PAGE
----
Reykjavik has a distinct vibe going on. It has a small-town feel; traditionally built wooden houses, shops packed with local design, café culture, restaurants serving amazing food, all built around a working harbour. But there’s a definite edge. Reykjavik is an intriguing capital full of creatives, culture, off-the-wall architecture, art and, of course, nature’s stunning backdrop over Faxaflói Bay to Mount Esja. So, what to see and do in Iceland’s capital city? Here are my tips for visiting Reykjavík, Iceland’s oh so cool capital.
Tips for Visiting Reykjavik
The first of my Reykjavik tips is to head downtown. Reykjavík is compact so it’s easy to walk round and you won’t get cold feet because there’s under-road heating to keep the roads clear of snow, although a brisk wind whips across the bay giving the city an air of freshness and energy and the weather seems to change every fifteen minutes. Wear lots of warm layers and pack a waterproof – hats and gloves are essential in winter.
Church of Hallgrímur (Hallgrímskirkja)
Hallgrimskirkja Church is seen from pretty much everywhere in Reykjavík as it’s the city’s most imposing building with its basalt spire rising 244 feet. Needless to say, there are fabulous views over the city rooftops, to Faxaflói Bay and Mount Esja and you can take a lift to the observation deck for around 700 ISK (approx €4.50). Go here early on in your trip because as well as enjoying great views it gives you a chance to get your bearings of downtown Reykjavík which, incidentally, is the northernmost capital city in the world.
Church of Hallgrímur (Hallgrímskirkja)
If you ever wondered what Icelandic people do during those months of dark days and long winter nights then just drop by any craft shop. The famous lopapeysa (Icelandic jumper) is displayed in many of the shops along with hand-knitted hats and gloves with lovely Icelandic designs worked into them. I spent ages browsing in the crafts shops which are all around Reykjavik. Kraum was my favourite representing over 200 Icelandic artists and said to be the oldest wooden building remaining in the city. Reykjavik tip: you can get good discounts with the Voyager Card. I loved the plaited cushions and the gorgeous smelling Soley organic bath and beauty products infused with Icelandic herbs.
Reykjavik means Smoky or Steamy Bay and the name probably relates to the steam coming from hot springs in the area. Around 870 AD, Norwegian Ingólfur Arnarson, in Viking tradition, cast his high seat pillars into the sea when he landed in Iceland and built his settlement where they came to shore.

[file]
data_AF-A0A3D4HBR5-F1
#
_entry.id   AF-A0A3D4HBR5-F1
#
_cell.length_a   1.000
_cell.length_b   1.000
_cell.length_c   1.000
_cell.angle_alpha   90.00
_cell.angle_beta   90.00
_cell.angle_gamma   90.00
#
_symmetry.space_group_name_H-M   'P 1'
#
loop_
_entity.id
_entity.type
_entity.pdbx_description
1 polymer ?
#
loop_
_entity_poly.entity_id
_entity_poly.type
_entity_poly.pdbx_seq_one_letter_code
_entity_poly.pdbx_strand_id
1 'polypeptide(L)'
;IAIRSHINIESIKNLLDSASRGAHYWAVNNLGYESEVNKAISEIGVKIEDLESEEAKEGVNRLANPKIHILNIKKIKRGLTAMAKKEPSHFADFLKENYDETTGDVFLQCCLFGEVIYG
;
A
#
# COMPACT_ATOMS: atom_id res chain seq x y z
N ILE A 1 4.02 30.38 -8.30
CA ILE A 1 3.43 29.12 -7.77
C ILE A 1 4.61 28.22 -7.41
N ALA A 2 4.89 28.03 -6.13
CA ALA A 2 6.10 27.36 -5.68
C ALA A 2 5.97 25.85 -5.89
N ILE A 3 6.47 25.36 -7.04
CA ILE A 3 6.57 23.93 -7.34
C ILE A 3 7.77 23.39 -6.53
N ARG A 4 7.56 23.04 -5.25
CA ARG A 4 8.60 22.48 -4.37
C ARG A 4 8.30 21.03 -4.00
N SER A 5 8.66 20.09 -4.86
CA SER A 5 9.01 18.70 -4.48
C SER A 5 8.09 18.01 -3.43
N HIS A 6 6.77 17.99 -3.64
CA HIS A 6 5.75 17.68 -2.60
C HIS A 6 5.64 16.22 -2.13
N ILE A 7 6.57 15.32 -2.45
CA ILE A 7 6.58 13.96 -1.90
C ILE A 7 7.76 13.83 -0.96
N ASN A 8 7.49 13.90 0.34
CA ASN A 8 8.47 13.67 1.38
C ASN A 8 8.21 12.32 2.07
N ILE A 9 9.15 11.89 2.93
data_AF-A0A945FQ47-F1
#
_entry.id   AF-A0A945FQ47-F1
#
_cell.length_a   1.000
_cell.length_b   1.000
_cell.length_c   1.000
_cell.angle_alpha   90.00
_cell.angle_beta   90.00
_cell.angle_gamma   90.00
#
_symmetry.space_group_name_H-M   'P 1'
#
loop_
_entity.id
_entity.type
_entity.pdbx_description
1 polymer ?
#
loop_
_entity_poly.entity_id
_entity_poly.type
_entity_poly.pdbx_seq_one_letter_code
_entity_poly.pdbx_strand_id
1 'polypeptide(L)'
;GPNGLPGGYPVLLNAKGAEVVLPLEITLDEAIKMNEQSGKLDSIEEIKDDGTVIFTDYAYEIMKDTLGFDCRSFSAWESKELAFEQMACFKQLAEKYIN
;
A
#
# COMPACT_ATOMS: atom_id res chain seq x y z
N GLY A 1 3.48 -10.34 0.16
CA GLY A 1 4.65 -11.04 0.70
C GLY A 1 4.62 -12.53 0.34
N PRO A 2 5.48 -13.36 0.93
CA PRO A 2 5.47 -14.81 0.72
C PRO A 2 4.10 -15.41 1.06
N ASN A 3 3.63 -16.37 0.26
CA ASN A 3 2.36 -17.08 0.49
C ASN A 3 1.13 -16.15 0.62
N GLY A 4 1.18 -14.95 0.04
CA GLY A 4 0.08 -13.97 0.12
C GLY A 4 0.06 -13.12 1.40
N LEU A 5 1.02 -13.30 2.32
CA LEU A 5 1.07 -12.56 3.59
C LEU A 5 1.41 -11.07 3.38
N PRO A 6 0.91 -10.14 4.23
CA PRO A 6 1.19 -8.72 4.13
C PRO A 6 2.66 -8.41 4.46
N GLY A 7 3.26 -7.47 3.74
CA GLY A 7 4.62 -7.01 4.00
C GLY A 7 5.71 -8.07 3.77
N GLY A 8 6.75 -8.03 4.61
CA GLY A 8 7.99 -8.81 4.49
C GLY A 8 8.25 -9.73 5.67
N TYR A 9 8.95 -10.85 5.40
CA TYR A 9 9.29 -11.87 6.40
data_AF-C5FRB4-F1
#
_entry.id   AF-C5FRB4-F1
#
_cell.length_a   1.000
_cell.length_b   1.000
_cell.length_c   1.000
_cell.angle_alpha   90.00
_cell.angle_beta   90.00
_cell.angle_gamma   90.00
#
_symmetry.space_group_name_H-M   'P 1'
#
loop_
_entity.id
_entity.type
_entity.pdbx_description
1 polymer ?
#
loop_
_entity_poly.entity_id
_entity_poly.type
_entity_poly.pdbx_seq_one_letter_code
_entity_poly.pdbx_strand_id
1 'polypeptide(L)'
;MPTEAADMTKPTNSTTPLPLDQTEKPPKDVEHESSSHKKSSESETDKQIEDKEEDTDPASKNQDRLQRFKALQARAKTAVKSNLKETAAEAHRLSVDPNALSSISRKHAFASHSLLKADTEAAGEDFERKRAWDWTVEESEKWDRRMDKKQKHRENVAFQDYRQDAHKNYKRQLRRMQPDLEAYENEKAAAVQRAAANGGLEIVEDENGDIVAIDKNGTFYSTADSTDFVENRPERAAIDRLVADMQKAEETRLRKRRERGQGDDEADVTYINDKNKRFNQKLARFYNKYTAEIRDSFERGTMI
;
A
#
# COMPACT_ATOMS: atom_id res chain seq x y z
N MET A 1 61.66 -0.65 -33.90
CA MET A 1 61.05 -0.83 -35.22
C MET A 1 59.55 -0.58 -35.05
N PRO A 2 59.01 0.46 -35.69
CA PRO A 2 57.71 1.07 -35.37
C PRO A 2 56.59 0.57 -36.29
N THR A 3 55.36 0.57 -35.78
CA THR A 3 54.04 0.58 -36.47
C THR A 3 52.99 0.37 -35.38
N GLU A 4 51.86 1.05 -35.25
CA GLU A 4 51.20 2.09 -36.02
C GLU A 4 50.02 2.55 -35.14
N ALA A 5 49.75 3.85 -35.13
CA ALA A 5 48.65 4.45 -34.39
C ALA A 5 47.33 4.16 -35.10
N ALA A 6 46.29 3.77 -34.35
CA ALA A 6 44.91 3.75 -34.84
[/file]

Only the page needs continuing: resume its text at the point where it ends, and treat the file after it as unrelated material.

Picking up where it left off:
Two columns in Faxaflói Square trickle hot water which wafts steam into the air symbolising the founding of the city. Geothermal water is used to heat around 90% of Iceland’s homes; the hot water from the springs is cooled and pumped from boreholes straight into the taps of nearby homes.
Hotels in Reykjavik
Icelandair Reykjavik Marina Hotel
This fabulous Reykjavik design hotel is located next to the dry-dock and slipway in Reykjavik Harbour. It’s bright, colourful and vibrant, in fact I heard it used to be an old paint factory. There are cool, quirky elements and nautical oddities reclaimed from the harbour area. It also has a fun bar area, restaurant and serves up a great breakfast.
I’ve stayed in Icelandair Reykjavik Marina Hotel twice and would definitely stay again. The rooms are light, airy and many of the design elements are locally sourced. As it’s only a ten-minute walk from the town centre and a few minutes from Harpa it’s perfectly located for exploring the city.
Harpa Concert Hall
Visit Reykjavik harbour and Harpa, the city’s striking concert hall, home to the Icelandic Symphony Orchestra. If you’ve got your camera you won’t put it down because the building has so many fabulous lines and shapes that you’ll find a photo opportunity around every corner. The honeycombed glass catches the wonderful clear northern light – it’s a stunning building with equally stunning views across Reykjavik’s harbour (hafn) and Mount Esja to the north. If you head up to the higher levels there’s an outdoor terrace overlooking the city – chilly but worth it. The café, Scandinavian Pain Bar and restaurant serve excellent food and there’s a music, book and design store – even if you don’t have time for a concert there’s so much to see at Harpa that you could easily spend a few hours here.
The Sun Voyager (Sólfar)
From Harpa, a ten-minute scenic walk eastwards along the waterfront path brings you to Jon Gunnar Arnason’s striking sculpture ‘Sun Voyager’ (Sólfar). The backdrop of the bay adds emphasis to the stark steel outline. Sadly it was too dark for photos when I was in Reykjavik – the sun doesn’t rise until 9.30 -10.00 am in the winter and sets early and I was out exploring further afield at those times. But here’s a shot that sums up Reykjavik – Vikings, its relationship with the sea, design, culture and beauty…
Sun Voyager’ (Sólfar)
These are just a few of Reykjavik’s cool and quirky gems. Once you’ve checked them out head further afield to the geysers and waterfalls and the natural wonder of Iceland’s Golden Triangle, go in search of those dancing Northern Lights or take a dip in the steaming Blue Lagoon. There’s a private airport transfer that’ll drop you off at the Blue Lagoon for two hours and then take you to the airport.
Reykjavik Travel Tips
Getting from Keflavík Airport to Reykjavik by Bus
Getting from Keflavik Airport to Reykjavik by Taxi
Taxis running between Reykjavík and Keflavík charge by the meter although they sometimes offer a fixed price which comes to about the same amount as the meter. There is a taxi queue outside the arrivals hall but you could also book one in advance. The average price for 1-4 people is around 16.000 ISK. The journey to Reykjavik takes around 50 minutes.
Do you have any Reyjkavik travel tips? Please share in the comments below.